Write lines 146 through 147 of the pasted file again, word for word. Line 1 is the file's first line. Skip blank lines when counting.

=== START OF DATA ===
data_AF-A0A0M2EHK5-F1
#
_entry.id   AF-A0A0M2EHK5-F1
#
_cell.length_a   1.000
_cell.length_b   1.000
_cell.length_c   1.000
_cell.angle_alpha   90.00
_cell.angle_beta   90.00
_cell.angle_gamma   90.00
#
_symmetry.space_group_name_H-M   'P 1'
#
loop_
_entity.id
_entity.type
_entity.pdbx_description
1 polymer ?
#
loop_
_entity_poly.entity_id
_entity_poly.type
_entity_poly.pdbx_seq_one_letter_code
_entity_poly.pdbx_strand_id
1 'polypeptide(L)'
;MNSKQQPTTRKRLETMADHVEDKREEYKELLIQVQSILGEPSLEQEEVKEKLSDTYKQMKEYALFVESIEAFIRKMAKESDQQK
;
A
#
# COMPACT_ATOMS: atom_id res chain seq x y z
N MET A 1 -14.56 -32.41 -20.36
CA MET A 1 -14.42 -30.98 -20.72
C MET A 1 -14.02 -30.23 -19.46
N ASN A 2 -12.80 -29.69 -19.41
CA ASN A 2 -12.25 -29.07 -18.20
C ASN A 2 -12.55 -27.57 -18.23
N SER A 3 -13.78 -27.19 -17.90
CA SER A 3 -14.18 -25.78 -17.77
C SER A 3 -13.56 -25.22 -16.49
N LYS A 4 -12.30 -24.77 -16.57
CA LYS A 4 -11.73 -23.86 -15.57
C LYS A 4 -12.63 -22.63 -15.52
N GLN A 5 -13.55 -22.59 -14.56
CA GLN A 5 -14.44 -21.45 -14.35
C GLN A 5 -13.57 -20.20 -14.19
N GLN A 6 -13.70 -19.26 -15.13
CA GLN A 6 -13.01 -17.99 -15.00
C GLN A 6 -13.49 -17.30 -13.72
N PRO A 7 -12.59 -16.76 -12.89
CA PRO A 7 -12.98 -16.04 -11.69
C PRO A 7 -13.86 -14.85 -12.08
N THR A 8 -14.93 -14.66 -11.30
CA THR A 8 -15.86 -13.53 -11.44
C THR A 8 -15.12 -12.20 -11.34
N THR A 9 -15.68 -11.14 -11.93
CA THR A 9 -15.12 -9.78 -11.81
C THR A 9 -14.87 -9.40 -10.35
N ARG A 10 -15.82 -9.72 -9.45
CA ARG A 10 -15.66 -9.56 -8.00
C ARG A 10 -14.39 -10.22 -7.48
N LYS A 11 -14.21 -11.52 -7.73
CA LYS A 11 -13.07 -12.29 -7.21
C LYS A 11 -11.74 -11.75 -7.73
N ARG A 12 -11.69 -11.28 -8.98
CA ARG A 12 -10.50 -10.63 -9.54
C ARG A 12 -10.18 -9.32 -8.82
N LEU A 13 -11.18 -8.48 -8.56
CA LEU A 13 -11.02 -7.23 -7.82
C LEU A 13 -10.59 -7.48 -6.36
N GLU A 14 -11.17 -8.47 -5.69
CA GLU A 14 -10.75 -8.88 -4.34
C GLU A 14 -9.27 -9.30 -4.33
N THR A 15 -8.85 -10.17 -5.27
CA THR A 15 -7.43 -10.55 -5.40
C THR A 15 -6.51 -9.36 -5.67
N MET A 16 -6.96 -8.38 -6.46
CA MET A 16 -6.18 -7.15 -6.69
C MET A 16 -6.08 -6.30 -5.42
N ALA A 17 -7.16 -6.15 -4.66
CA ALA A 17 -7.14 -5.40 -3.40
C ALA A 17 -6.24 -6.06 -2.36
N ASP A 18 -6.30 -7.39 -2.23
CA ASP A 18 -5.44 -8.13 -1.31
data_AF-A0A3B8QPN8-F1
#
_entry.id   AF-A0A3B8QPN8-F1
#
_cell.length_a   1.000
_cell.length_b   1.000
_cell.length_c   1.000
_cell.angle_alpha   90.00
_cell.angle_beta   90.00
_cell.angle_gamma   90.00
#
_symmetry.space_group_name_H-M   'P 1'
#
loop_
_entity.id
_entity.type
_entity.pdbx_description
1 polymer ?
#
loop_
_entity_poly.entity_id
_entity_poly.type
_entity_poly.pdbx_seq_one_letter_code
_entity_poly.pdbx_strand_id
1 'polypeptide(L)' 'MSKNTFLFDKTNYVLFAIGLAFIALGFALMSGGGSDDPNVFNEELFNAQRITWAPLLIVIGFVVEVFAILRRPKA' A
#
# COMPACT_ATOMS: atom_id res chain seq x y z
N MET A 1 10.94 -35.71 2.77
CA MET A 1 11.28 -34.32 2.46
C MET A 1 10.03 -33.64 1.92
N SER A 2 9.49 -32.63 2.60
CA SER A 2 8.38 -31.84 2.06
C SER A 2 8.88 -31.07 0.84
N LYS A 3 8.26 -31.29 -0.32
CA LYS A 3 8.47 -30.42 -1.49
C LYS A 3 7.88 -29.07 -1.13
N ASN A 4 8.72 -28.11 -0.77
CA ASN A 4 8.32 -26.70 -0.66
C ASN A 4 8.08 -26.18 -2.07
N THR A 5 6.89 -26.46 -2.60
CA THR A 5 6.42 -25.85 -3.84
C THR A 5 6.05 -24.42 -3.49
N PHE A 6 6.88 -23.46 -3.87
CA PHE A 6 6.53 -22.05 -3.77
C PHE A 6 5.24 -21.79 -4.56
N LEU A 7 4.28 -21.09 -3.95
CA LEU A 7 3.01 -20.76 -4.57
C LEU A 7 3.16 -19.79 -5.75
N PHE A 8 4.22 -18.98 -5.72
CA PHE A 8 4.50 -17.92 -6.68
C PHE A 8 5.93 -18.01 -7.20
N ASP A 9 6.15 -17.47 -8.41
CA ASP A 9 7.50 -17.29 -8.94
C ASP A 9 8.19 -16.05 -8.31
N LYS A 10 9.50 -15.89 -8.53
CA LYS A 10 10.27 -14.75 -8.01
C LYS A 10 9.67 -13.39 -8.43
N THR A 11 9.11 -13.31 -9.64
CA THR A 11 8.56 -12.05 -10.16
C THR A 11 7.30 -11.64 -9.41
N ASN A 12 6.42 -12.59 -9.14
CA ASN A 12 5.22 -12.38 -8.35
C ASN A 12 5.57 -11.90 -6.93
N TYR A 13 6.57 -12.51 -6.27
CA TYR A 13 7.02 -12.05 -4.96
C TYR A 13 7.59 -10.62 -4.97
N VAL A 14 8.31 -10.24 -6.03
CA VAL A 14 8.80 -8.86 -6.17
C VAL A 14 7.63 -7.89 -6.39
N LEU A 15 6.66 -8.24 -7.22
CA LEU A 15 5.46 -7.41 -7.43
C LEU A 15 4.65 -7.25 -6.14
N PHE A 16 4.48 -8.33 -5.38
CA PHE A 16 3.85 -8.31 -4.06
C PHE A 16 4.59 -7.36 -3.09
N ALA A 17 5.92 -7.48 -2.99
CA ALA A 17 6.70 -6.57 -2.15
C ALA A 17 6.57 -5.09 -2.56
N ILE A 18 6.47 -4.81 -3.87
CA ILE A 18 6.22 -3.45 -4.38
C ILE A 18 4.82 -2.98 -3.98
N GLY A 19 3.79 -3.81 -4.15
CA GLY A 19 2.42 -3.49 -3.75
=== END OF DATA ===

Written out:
C ASN A 12 5.57 -11.90 -6.93
N TYR A 13 6.57 -12.51 -6.27